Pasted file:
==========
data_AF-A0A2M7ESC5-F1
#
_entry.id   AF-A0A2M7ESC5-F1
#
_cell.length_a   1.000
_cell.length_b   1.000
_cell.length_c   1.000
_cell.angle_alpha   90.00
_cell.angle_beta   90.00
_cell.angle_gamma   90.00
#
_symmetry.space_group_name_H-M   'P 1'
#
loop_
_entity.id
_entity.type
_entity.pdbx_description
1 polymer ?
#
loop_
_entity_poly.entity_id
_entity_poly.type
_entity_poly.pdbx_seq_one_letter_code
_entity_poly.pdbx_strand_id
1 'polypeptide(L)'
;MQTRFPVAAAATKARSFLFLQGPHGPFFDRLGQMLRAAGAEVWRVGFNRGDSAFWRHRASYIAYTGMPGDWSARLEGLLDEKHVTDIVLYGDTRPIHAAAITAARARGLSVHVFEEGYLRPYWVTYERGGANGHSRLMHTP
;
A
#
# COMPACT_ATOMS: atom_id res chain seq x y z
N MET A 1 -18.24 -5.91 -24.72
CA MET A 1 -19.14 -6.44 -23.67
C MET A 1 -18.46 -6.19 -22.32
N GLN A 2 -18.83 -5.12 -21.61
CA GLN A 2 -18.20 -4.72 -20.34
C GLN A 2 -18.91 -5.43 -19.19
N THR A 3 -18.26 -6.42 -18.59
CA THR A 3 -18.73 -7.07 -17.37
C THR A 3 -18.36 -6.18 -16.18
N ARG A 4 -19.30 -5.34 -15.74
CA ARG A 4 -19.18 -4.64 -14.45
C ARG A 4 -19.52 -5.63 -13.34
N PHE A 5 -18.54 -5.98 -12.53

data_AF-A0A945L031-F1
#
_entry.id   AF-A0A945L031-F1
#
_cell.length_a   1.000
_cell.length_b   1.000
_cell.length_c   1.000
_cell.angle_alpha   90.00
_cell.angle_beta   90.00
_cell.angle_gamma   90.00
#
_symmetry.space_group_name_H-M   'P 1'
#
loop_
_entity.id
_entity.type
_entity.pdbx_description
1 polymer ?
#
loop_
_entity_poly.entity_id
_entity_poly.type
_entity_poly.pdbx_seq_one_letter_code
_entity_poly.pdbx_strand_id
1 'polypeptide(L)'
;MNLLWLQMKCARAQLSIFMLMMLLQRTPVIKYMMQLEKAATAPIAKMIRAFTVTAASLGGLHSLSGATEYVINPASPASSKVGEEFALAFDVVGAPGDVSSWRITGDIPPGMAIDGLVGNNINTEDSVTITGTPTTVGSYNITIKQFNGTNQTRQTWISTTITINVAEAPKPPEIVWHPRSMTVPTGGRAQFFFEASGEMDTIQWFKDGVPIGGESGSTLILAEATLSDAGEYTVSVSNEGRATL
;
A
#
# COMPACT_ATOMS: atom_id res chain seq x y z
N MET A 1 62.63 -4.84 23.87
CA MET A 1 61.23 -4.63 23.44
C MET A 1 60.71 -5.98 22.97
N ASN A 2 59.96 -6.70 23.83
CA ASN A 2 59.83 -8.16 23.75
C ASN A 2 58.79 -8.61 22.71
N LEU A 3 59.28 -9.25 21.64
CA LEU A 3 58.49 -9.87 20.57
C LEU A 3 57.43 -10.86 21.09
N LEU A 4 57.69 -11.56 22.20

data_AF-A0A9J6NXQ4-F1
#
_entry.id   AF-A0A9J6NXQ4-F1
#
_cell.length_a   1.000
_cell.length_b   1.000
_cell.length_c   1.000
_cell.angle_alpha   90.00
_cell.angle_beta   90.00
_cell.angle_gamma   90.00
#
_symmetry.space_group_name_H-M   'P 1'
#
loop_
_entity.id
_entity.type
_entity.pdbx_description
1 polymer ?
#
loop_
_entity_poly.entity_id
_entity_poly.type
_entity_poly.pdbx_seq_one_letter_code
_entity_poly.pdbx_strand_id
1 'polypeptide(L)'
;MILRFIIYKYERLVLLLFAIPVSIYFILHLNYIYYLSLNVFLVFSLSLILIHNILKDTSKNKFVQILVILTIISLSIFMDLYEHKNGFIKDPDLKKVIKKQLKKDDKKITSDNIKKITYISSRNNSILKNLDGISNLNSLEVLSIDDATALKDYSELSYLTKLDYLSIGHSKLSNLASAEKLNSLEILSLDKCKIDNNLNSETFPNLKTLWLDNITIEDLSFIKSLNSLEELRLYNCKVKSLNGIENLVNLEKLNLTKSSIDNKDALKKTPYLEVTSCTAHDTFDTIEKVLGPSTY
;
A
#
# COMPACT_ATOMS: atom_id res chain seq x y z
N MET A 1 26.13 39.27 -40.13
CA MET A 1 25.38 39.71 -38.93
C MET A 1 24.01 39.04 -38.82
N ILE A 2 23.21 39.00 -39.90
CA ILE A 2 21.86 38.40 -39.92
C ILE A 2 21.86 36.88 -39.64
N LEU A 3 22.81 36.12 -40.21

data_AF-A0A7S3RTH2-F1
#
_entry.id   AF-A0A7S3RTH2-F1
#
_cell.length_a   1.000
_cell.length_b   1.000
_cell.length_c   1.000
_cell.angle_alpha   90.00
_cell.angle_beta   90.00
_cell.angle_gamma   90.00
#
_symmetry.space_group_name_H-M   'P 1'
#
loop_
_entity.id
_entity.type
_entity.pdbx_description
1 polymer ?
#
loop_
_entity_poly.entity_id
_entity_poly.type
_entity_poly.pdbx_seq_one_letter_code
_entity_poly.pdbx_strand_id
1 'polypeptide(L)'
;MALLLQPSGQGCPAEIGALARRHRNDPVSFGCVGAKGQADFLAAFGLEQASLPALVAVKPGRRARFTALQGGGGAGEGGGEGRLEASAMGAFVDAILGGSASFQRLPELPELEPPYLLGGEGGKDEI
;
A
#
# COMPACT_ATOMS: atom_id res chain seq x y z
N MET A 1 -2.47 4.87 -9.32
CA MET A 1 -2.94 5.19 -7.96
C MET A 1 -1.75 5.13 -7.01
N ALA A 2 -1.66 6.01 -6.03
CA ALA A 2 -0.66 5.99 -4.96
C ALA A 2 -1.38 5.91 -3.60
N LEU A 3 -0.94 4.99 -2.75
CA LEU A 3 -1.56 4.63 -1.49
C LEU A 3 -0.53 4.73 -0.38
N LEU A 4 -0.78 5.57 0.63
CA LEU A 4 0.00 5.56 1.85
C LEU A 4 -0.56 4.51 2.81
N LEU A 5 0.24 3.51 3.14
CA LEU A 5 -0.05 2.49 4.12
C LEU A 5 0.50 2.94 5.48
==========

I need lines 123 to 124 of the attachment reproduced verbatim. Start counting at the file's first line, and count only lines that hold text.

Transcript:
_entry.id   AF-A0A7S3RTH2-F1
#